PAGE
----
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Saturday, September 22, 2012

Being Just in the love of the Prophet ~ Innocence of Muslims / Desert Warrior

Note: This post is continuously updated, modified on 3 Oct., 2012
  • Western defenders of ‘free speech’ need to look in the mirror, October 03, 2012, Toronto Star Haroon Siddiqui
  • The Arbitrary Limits to Freedom of Expression, Abubakar Kasim, Huffington Post, 10/01/2012
  • Why ban Kate’s images, but not Muhammed’s? The record (Kitchener, Waterloo), Sep 21 2012
  • Blasphemy in Islam: The Quran does not prescribe punishment for abusing the Prophet, by Maulana Wahiduddin Khan | Oct 2, 2012, The Times of India
  • Dr. Hamid Slimi discusses how the Prophet Muhammad (صلى الله عليه وسلم‎ - Peace be upon him) would have responded to any matter, in times of trials, tribulations, and massive misinformation-- based on a Chapter of the Quran, Kausar (i.e., Surah # 108).

    See also the sequel to the above khutba, "What did this Imam just say about Slander?..."

  • Extract from Sound Vision, Chicago:
    "Let not the hatred of a people swerve you away from justice. Be just, for this is closest to righteousness…” (Quran 5:8). While Muslims love and deeply respect Prophet Muhammad, peace and blessings be upon him, others regularly heap abuse on him. Around the world, and here in the U.S., blogs, television shows, some preachers, commentary, and talking heads regularly insult our beloved Prophet and attack his character in ways that are very painful for Muslims to bear. We need to understand this abuse for what it is: a form of psychological violence intended to hurt and harm. Our response when we encounter such attacks must be to seek God’s forgiveness and respond with what is better: prayers on the Prophet and Duas for him. ... It’s also important to remember to just move on. We cannot allow these attacks to hurt us, for that is their very purpose. It’s also vital to keep in mind that you are limited in your responsibility for what you can do to counter these insults. You don’t control the world, you don’t change hearts. Try your best and then put your trust in Allah. That is all you are required to do. continue reading: Being Just in the love of the Prophet, By Abdul Malik Mujahid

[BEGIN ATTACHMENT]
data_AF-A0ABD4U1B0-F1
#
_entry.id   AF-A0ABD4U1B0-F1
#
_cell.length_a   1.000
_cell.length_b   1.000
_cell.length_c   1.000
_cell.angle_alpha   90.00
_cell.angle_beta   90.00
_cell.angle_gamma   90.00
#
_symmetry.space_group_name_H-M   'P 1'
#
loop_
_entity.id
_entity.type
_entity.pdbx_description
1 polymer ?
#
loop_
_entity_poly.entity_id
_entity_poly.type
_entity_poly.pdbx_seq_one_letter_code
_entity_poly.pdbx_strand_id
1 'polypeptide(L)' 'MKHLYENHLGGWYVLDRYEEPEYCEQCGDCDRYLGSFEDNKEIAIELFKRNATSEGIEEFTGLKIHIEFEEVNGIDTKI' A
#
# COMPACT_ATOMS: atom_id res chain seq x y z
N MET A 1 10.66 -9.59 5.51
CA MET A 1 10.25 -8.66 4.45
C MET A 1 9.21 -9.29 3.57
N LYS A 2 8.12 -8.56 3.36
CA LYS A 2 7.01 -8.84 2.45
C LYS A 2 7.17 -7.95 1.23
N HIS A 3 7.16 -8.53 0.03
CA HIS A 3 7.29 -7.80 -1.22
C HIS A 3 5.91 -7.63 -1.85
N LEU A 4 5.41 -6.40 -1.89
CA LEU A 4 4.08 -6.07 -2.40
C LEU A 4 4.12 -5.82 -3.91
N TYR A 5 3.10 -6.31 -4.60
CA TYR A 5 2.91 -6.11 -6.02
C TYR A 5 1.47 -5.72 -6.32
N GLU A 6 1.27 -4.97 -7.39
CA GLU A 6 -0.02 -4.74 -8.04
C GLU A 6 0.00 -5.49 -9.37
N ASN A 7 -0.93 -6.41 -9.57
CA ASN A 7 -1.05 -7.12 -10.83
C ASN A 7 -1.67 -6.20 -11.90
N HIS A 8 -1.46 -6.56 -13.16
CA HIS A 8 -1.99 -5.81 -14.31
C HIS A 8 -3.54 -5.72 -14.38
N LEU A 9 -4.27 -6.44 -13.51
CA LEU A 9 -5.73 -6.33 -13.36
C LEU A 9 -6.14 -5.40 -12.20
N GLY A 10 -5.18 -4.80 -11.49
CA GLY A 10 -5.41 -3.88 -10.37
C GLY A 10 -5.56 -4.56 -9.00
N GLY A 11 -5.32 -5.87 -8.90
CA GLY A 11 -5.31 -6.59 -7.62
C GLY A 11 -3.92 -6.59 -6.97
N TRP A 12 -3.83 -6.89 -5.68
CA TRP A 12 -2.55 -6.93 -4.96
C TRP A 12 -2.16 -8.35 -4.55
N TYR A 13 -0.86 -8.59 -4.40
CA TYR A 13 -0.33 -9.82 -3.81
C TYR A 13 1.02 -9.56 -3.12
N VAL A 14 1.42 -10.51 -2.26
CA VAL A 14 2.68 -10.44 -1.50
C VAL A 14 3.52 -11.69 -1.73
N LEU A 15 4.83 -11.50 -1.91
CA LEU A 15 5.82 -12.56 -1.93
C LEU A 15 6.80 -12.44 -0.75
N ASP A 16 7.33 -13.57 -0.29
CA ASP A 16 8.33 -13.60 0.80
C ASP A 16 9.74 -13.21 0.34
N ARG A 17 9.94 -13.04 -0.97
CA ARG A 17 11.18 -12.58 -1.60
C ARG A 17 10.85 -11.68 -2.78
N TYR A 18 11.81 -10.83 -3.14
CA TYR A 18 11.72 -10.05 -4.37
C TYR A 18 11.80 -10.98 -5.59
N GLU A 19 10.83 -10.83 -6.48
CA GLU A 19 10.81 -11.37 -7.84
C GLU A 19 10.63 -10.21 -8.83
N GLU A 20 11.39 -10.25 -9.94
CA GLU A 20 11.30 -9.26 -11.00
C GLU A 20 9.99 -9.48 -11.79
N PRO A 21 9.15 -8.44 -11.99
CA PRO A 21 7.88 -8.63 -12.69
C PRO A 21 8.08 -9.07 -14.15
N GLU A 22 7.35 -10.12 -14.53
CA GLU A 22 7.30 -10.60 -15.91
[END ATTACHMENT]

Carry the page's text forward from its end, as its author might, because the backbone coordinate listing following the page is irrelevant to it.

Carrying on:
On the same shelf:
  • Free speech vs. reverence for Muhammad: Can they coexist? -- did you know this CS article? Patrik Jonsson, The Christian Science Monitor
  • Offensive Propaganda: The Aesthetics of an Islamic Response, Khalid's Blog
  • Some Muslims Don't Get It: Freedom of Speech and the Legitimacy of Muslim Protests, Mike Ghouse, Huffington Post
  • Muslims Invited to View Film on Muslim-Christian Relations in USA, By Imam By Habeeb Ali, Toronto
  • Interfaith groups react to anti-Muslim film, condemn violence abroad, By Samer Hijazi, The Arab American News
  • Stop Dehumanizing Muslims! By Abubakar N. Kasim
  • Montreal Muslims react to violence, call for calm and dialogue CTV Montreal
  • Moderate And Hardline Muslims Struggle Within Popular Rage Against Anti-Islam Film And America Huffington Post
  • Here Is the Original Script for Innocence of Muslims (Desert Warrior), Adrian Chen
  • Moderates in West must raise their voices: Haroon Siddiqui, Toronto Star

  • Wednesday, September 05, 2012

    Greetings in your own way: Religious, Secular, and Others

    Extract on Good Morning: This Blog Will Change the World
    Perhaps the different outlooks in question here can be reduced to three different ways of saying "Good morning". Most of us mean it as an expression of good wishes: "I hope you have a good morning". The secular humanist intends it as a prediction: "You will undoubtedly have a good morning, and an even better one tomorrow." The totalitarian dictator makes it a demand: "You will have a good morning."

    Extract from another site: Catholic Online Forum, GOOD MORNING! Oh, and BTW, The Lord be with you...
    There’s also another, more humanistic aspect of this that I find objectionable that goes back to my original post. The greeting, “good morning”, is a generic, often formal or “cold”, greeting and is understood by everyone as such. When you pass someone on the street that you know, but don’t know that well, you often use this greeting. The person to whom the “good morning” is addressed understands that the greeting is generic and formal, so it is understood that it is a nicety and nothing more. It doesn’t matter if the person being greeted is having a horrible day or not.

    However, changing the circumstances turns the nicety into something quite different. Take for example: ... continue reading

    Other tips:
  • Sabah al-khair = Good Morning (response = sabah al-noor). Masaa al-Khair = Good evening (response = masa al-noor);
  • Good morning in Hindi: good morning - सुबह अच्छा (subaha acchā)
  • in Hebrew, "good morning" is "boker tov,"

    On the same shelf:

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